June 5, 2017

It seems drinking coffee significantly reduces one’s risk of liver cancer.

Examining data from 26 studies involving over 2.25 million participants, researchers from the University of Southhampton and University of Edinburgh found that people who drank more coffee are less likely to develop Hepatocellular Carcinoma (HCC), the most common form of primary liver cancer.

Consumption of 1 cup of caffeinated coffee per day reduces one’s risk of HCC by 20%, and this percentage increases to 35% by drinking 2 cups and subsequently, 50% with 5 cups. The effects of coffee against HCC are less evident in decaffeinated coffee, though still present. Professor Peter Hayes, of the University of Edinburgh, said “We have shown that coffee reduces cirrhosis and also liver cancer in a dose-dependent manner… Our research adds to the evidence that, in moderation, coffee can be a wonderful natural medicine.”

The primary caffeine metabolite, Paraxanthine found in coffee has been found to suppress the synthesis of CTGF (connective tissue growth factor), which slows the progression of liner fibrosis, alcoholic cirrhosis and liver cancer. Some epidemiological studies did not find an association with tea, suggesting that the mechanism of action might not be dependent on caffeine solely. Other potentially anti-carcinogenic components in coffee are kahweol and cafestol, while the chlorogenic acids and caffeic acid in coffee have been shown to be capable of preventing hepatitis B virus replication.

The study states that “by 2030 the number of new cases annually will have risen by 50% to over 1.2 million”, with “highest [incidence] in East and South-East Asia, with China alone accounting for 50% of cases worldwide.”

Liver cancer is the sixth most common cancer globally, and the second leading cause of cancer-related mortality. HCC is the most common form of liver cancer, making up 85-90% of cases, developing in people with cirrhosis (scarring/damage) of the liver due to Hepatitis B or C, excess alcohol consumption and/or non-alcoholic fatty liver disease.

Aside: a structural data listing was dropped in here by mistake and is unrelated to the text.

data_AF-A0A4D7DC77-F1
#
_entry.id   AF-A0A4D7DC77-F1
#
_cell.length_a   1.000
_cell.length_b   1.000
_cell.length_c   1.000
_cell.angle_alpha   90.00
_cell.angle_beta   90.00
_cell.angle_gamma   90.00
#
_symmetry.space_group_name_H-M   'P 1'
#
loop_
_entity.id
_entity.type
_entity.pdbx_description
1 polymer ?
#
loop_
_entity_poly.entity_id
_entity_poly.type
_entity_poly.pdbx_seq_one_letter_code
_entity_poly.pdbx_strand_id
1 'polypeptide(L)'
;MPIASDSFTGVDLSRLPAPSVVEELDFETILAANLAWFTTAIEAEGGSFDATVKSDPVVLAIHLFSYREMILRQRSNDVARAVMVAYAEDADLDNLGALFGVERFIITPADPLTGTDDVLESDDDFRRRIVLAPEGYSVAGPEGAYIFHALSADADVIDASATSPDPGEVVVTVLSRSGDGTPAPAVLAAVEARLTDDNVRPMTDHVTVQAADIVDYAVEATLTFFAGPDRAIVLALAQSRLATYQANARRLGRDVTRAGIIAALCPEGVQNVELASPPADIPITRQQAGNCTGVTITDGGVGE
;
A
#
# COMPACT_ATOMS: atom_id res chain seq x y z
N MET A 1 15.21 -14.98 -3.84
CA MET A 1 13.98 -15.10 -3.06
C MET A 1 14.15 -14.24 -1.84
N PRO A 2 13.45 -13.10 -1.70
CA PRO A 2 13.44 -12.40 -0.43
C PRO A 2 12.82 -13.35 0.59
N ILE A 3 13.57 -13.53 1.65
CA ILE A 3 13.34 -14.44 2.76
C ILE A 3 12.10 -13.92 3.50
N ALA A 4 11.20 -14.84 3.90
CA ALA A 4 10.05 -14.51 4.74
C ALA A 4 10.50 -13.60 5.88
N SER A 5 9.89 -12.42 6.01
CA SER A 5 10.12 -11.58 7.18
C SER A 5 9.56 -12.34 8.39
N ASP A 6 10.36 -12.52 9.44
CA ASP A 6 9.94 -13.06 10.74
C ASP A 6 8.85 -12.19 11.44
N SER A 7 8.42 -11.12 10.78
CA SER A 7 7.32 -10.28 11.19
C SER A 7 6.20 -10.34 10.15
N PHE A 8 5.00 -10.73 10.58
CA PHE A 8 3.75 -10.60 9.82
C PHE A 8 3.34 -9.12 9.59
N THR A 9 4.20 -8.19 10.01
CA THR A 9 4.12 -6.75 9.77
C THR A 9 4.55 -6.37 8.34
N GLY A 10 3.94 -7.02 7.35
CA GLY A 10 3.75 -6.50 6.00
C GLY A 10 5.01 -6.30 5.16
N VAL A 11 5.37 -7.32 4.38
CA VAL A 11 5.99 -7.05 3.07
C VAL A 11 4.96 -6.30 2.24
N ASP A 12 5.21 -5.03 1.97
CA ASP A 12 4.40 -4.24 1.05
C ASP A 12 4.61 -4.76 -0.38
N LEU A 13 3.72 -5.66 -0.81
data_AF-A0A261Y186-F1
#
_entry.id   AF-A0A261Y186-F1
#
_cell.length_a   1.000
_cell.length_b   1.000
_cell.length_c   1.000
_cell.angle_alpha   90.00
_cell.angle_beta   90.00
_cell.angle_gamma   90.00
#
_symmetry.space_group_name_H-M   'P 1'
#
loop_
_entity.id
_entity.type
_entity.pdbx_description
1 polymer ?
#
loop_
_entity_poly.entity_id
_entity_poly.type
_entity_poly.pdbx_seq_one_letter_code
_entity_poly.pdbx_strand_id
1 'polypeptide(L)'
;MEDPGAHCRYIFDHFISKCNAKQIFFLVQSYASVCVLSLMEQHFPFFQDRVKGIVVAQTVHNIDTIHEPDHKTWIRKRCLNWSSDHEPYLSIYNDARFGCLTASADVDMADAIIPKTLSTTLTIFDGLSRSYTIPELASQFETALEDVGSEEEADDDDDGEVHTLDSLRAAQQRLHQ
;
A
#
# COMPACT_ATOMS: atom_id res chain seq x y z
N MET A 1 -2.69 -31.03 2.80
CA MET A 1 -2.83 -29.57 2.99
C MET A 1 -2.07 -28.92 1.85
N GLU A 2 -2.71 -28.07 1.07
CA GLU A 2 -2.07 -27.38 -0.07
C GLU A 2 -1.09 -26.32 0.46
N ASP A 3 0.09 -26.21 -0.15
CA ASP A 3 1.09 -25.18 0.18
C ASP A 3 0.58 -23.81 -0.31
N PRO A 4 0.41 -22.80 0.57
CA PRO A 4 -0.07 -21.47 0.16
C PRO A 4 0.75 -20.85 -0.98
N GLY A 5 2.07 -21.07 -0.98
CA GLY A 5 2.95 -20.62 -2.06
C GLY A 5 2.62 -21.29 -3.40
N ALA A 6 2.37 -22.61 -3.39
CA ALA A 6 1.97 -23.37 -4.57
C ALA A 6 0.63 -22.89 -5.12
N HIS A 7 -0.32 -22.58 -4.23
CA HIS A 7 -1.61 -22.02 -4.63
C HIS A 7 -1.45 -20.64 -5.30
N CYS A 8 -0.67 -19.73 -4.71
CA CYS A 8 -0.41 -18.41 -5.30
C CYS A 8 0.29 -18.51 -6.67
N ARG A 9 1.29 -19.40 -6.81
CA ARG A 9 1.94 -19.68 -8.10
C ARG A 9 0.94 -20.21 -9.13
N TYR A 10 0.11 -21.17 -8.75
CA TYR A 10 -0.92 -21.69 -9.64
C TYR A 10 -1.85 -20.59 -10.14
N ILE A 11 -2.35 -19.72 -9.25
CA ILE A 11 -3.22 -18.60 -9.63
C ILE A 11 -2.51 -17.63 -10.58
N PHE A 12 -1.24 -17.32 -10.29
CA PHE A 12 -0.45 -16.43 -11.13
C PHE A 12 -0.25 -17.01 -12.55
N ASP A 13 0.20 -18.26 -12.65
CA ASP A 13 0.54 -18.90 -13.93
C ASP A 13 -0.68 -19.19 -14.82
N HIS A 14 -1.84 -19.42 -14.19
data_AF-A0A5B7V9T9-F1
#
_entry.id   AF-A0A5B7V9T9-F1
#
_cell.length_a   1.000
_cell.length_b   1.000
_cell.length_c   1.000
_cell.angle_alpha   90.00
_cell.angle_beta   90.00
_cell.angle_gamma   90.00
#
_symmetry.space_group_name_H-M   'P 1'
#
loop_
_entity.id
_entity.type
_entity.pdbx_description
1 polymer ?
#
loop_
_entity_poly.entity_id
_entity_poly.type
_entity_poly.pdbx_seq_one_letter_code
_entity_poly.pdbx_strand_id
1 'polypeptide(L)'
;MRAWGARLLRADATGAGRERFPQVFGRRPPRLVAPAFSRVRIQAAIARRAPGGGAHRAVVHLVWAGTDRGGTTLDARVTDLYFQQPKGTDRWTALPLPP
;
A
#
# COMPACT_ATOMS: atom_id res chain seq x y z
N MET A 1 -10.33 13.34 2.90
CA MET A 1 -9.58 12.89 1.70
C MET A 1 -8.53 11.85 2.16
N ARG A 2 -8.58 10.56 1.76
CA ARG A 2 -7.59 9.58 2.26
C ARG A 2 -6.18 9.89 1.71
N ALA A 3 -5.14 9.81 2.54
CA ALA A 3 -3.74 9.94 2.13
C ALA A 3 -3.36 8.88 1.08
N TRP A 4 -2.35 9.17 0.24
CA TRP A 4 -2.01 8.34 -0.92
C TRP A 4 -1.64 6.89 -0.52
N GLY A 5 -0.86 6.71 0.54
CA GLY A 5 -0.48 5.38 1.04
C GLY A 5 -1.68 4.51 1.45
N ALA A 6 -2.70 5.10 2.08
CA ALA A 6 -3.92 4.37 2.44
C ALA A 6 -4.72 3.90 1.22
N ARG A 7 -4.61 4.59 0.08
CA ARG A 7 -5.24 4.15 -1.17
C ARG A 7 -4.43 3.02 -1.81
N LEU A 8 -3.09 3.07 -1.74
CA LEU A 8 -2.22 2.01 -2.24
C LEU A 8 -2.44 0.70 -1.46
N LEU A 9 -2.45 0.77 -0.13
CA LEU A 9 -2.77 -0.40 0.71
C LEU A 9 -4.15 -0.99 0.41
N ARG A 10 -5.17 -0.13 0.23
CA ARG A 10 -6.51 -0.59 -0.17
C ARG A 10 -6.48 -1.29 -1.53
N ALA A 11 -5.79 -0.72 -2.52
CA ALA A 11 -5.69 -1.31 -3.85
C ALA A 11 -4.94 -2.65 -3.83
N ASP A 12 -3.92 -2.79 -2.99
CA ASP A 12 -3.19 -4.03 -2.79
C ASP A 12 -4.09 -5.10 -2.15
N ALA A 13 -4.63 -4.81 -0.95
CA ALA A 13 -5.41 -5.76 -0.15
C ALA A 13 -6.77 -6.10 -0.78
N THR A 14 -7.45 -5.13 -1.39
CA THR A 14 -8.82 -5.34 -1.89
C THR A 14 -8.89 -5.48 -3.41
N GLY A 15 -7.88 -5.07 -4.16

In Singapore, HCC is the 4th most common cancer among men (more common among Chinese males than Malay/Indian counterparts), but the 2nd leading cause of cancer death in males. It is the 4th leading cause of cancer death among women, despite not figuring in the top 10 most common forms of cancer for women in Singapore.

If left untreated, most HCC patients do not survive beyond 6 months, and surgery is currently the only treatment allowing for a reasonable survival beyond 5 years. However, “surgery for liver cancer is difficult or not possible for a large proportion of patients,” says Dr Choo Su Pin, Senior Consultant and Chief of Gastrointestinal Oncology in Division of Medical Oncology of the National Cancer Centre Singapore, owing to “cirrhosis in other parts of the liver due to alcohol or hepatitis”.

At a recent media briefing by Bayer in Singapore, Prof Josep M. Llovet, the Professor of Research, BCLC Group, Liver Unit of IDIBAPS-Hospital, the Founder and Director of the Liver Cancer Program and Full Professor of Medicine at the Mount Sinai School of Medicine, New York University and the Director, Master in Translational Medicine at the Faculty of Medicine, University of Barcelona, said that “systemic therapy” with the use of certain drugs are the “recommended treatment option [at an] advanced stage of HCC”, potentially raising survival rate by 0.69%, or 8 to 11 months, versus a placebo.